Instinet: You said the sequential decrease in the quarter is driven primarily by the dropping of game console chips. Does that mean that you expect your microprocessor and graphics revenues will be flat sequentially? Or if not, roughly, what does your guidance team in terms of percentage say for PC processes and GPUs? Do you get server processes sales rising sequentially?

DK: I don't think I said specifically that Q4 to Q1 is all due to semi-custom, that obviously hurts the margin, but there is a product mix underneath that, especially with the notebook products that we talked about that are moving to seven nanometers.

Q: About revenues from December into Q1, the sequential drop. Can you give us some idea - I mean there's a big chunk that is game consoles, but what about the non-game console part of it?

DK: It seasonality in the business. We have the consumer weight from a revenue standpoint in our CG segment, and as we go from Q4 to Q1 you do get seasonality coming into play. Typical seasonality is what is driving the other portion of the decline in revenue from Q4 to Q1.

LS: I think what you're asking is, you know, we would expect that the Computing and Graphics segment would be down sequentially due to seasonality, and we would expect that the server CPUs should be up because we're continuing to ramp those processors sequentially.

Q: Lisa, can you give us some idea of what new GPUs you're expected to launch to the rest of 2020, for PCs and for data center?

LS: Yes. In 2019, we launched our new architecture in GPUs, it's the RDNA architecture, and that was the Navi based products. You should expect that those will be refreshed in 2020 - and we'll have a next generation RDNA architecture that will be part of our 2020 lineup. So we're pretty excited about that, and we'll talk more about that at our financial analyst day. On the data center GPU side, you should also expect that we'll have some new products in the second half of this year.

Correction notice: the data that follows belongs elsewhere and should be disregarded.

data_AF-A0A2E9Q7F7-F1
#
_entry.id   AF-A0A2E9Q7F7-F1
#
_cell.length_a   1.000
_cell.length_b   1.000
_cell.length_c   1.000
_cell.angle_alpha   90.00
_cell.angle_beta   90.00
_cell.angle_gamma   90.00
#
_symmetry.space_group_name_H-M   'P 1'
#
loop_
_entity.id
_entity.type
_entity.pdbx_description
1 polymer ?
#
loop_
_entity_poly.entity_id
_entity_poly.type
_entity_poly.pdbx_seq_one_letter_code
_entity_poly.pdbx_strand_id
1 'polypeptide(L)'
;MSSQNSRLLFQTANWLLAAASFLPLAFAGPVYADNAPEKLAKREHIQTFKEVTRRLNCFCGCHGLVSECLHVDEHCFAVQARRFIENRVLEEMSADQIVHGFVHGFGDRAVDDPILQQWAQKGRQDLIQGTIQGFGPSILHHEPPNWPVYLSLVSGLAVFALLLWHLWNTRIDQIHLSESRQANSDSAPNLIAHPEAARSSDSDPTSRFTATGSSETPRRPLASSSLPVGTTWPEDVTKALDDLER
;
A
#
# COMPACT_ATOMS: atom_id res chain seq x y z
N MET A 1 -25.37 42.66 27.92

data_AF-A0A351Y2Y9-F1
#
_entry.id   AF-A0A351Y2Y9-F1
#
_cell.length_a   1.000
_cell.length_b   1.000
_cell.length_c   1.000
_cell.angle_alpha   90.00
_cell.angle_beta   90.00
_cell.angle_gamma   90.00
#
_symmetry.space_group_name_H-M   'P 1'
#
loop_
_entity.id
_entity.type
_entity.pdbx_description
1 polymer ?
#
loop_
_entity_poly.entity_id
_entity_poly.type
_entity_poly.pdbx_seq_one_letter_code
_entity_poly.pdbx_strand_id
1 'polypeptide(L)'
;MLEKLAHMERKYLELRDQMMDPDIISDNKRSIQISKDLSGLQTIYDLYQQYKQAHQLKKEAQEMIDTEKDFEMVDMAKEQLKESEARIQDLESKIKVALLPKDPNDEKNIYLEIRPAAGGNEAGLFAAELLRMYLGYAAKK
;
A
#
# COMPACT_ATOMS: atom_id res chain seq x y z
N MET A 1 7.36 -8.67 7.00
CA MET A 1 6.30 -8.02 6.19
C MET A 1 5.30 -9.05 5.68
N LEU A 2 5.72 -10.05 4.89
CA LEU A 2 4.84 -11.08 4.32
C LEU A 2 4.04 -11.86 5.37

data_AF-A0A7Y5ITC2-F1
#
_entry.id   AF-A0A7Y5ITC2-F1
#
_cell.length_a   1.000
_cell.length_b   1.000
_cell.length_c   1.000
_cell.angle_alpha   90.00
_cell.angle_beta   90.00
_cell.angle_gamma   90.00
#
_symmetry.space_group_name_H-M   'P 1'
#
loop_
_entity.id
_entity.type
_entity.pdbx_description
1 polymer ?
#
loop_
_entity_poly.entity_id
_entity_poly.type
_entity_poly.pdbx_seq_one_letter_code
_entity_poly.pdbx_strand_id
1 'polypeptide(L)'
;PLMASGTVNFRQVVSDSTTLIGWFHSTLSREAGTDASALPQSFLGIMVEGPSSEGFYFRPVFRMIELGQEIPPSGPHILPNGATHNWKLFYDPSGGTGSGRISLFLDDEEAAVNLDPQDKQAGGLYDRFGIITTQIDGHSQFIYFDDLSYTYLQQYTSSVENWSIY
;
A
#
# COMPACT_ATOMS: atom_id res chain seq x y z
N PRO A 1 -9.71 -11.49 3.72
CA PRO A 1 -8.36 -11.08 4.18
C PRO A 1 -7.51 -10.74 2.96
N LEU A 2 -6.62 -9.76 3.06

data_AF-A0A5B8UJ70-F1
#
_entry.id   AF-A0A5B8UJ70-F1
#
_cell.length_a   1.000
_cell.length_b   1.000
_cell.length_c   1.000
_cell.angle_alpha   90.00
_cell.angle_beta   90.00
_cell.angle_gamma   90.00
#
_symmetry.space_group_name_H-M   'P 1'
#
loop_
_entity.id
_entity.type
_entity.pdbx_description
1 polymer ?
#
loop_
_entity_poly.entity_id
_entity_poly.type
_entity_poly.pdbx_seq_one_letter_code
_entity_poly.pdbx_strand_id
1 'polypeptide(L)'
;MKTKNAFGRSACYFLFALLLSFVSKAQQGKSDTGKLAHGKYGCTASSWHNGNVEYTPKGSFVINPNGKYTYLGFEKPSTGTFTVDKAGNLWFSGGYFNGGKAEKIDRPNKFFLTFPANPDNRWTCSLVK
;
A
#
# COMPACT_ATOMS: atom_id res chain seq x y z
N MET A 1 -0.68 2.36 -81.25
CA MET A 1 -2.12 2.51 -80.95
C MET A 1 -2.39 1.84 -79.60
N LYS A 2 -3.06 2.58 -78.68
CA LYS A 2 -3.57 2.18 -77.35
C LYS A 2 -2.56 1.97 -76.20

Morgan Stanley: You talked about consumer graphics as being below the corporate gross margin. I know you've historically had a high cost structure because of high bandwidth memory, but as the portfolio increasingly doesn't use high bandwidth memory, is there the prospect to improve that for consumer GPU to be closer to where your competitors close margins are?

DK: I don't think I've actually said that - I said some of our graphics products are below corporate average from a gross margin standpoint, in addition to the semi-custom have been below average.

LS: To answer your question in terms of what we expect in consumer graphics - We're investing in consumer graphics, and we think gaming is a very important segment, whether we're talking about consoles or discrete graphics. The work that we're doing around the RDNA architecture, and the future generations of RDNA architecture, we believe will continue to improve our offerings for both consumer graphics as well as data center graphics.

Q: With the new console builds, you mentioned that that starts in Q2, but it's mostly in the back half of the year. As you think about that opportunity from a unit standpoint, is it the right way to look at it with sort of similar number of units to what we had in the first year of the current console cycle? Or does the compatibility that you bring when you have an x86 CPU with little bit more similarity between the consoles - could that point us to a sort of a better console unit market in 2020, as we saw six years ago? How are you thinking about it?